Grant / January 2020

New Frontiers in Encryption Technologies: Removing CentralAuthorities from Advanced Encryption Systems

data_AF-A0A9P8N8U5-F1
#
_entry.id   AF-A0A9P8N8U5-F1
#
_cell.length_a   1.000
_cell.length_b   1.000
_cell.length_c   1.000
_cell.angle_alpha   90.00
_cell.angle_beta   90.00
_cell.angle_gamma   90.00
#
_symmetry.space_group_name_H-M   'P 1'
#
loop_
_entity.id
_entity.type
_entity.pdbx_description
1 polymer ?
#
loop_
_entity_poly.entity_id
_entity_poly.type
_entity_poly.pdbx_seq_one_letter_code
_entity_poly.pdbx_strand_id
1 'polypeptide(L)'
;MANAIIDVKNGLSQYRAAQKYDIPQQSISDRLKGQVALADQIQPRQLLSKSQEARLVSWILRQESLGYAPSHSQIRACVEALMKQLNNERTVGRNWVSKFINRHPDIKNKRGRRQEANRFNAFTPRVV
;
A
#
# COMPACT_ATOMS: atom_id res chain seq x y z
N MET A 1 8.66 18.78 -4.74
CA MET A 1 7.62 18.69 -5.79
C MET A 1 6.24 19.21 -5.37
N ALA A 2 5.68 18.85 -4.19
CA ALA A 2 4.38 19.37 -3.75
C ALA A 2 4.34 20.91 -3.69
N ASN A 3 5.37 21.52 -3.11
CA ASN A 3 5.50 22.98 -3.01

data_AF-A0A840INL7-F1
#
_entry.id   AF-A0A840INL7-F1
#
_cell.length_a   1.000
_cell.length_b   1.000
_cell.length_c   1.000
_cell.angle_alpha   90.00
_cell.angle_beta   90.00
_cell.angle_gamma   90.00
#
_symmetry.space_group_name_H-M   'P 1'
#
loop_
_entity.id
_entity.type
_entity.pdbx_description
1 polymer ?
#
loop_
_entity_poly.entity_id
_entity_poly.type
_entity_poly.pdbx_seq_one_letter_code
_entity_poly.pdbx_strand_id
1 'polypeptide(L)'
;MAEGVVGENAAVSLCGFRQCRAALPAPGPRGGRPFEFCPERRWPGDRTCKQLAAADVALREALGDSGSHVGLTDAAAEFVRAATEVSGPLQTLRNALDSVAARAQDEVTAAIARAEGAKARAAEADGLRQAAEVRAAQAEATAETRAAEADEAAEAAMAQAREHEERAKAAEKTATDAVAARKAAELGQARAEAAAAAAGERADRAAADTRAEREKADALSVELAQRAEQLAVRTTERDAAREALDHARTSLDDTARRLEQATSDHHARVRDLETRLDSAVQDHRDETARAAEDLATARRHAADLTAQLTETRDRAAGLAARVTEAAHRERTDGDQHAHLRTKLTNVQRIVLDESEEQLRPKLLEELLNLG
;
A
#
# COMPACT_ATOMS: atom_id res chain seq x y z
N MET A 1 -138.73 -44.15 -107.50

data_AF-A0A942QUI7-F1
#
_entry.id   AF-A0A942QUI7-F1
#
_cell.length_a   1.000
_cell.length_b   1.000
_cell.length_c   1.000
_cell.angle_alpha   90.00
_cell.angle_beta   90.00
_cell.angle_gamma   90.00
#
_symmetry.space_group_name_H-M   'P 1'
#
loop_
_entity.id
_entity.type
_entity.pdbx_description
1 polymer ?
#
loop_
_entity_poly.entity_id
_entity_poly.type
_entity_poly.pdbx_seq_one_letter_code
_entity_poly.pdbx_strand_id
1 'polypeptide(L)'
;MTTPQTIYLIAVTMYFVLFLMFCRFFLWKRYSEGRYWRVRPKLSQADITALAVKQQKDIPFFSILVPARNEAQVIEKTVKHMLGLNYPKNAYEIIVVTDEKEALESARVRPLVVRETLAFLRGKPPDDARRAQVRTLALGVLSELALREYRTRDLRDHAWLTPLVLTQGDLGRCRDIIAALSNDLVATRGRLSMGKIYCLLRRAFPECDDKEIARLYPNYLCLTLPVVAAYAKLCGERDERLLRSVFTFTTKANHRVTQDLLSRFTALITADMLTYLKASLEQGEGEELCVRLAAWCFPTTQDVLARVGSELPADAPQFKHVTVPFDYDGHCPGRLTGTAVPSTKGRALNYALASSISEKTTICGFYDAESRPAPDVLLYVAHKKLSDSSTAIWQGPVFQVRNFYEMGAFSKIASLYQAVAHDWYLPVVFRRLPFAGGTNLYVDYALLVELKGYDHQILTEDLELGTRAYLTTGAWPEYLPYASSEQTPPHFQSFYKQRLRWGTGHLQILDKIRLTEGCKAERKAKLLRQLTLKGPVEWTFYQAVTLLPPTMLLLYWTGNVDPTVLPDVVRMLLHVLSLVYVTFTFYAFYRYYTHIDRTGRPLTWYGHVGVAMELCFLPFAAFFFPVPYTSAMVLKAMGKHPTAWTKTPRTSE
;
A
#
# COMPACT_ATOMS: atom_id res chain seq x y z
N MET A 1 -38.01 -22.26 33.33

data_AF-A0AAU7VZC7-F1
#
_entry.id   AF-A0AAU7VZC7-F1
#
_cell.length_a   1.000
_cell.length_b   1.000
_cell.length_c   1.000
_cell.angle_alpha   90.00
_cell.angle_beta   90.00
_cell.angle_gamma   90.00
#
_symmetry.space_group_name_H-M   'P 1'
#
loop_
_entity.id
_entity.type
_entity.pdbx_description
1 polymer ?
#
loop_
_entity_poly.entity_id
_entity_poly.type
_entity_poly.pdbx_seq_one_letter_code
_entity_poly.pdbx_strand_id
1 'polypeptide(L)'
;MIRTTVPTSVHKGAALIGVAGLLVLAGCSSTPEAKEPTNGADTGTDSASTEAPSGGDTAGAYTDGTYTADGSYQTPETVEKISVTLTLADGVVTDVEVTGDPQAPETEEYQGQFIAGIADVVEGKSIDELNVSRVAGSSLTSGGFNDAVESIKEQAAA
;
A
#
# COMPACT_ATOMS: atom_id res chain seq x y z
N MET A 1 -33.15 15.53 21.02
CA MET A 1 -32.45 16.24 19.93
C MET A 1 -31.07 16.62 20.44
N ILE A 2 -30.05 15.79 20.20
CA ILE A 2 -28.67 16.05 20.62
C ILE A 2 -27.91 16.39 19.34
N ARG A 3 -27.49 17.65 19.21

Public-key encryption, a basic tool in cryptography, has been used for decades to provide security for encrypted communications. In order to encrypt to a user, one first needs to obtain the user’s public key. In today’s world, with the size of organizations growing, the use of mere public-key encryption techniques, which requires knowledge of public keys of individual users, becomes increasingly prohibitive and calls for expensive key-management infrastructure. As a solution to this problem, Adi Shamir in 1984 introduced the concept Identity-Based Encryption (IBE), an encryption system that allows one to encrypt to a user just by knowing the user’s identity, as opposed to the user’s public key. Although IBE systems tremendously simplify the task of key management, they come with one major issue, is referred to as the key-escrow problem: A central authority in the system is now in possession of all secret keys of the users, and may read their messages at will. In this proposal, we introduce the concept of registration-based cryptography, which aims to remove the key-escrow problems from IBE and related technologies. We will tackle problems related to designing robust and efficient registration-based encryption systems, which have applications in situations where controlled decryption access to encrypted information is required (e.g., government tax center systems).